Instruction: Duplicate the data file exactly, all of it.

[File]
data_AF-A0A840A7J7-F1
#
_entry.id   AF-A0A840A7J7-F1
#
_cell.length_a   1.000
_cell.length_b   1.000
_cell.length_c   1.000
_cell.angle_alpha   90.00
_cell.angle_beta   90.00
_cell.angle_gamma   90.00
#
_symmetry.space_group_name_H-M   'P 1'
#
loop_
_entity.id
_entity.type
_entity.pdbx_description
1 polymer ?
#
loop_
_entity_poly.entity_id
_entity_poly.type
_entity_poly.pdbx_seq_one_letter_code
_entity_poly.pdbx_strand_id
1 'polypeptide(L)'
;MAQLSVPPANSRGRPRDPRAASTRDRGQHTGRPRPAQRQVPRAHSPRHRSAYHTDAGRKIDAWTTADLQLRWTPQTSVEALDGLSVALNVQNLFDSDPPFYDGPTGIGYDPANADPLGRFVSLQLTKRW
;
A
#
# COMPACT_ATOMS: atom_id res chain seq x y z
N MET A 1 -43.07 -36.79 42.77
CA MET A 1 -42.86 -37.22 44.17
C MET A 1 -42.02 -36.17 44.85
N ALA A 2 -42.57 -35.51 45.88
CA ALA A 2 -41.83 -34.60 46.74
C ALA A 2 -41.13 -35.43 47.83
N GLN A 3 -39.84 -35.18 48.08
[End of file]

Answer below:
data_AF-A0A840A7J7-F1
#
_entry.id   AF-A0A840A7J7-F1
#
_cell.length_a   1.000
_cell.length_b   1.000
_cell.length_c   1.000
_cell.angle_alpha   90.00
_cell.angle_beta   90.00
_cell.angle_gamma   90.00
#
_symmetry.space_group_name_H-M   'P 1'
#
loop_
_entity.id
_entity.type
_entity.pdbx_description
1 polymer ?
#
loop_
_entity_poly.entity_id
_entity_poly.type
_entity_poly.pdbx_seq_one_letter_code
_entity_poly.pdbx_strand_id
1 'polypeptide(L)'
;MAQLSVPPANSRGRPRDPRAASTRDRGQHTGRPRPAQRQVPRAHSPRHRSAYHTDAGRKIDAWTTADLQLRWTPQTSVEALDGLSVALNVQNLFDSDPPFYDGPTGIGYDPANADPLGRFVSLQLTKRW
;
A
#
# COMPACT_ATOMS: atom_id res chain seq x y z
N MET A 1 -43.07 -36.79 42.77
CA MET A 1 -42.86 -37.22 44.17
C MET A 1 -42.02 -36.17 44.85
N ALA A 2 -42.57 -35.51 45.88
CA ALA A 2 -41.83 -34.60 46.74
C ALA A 2 -41.13 -35.43 47.83
N GLN A 3 -39.84 -35.18 48.08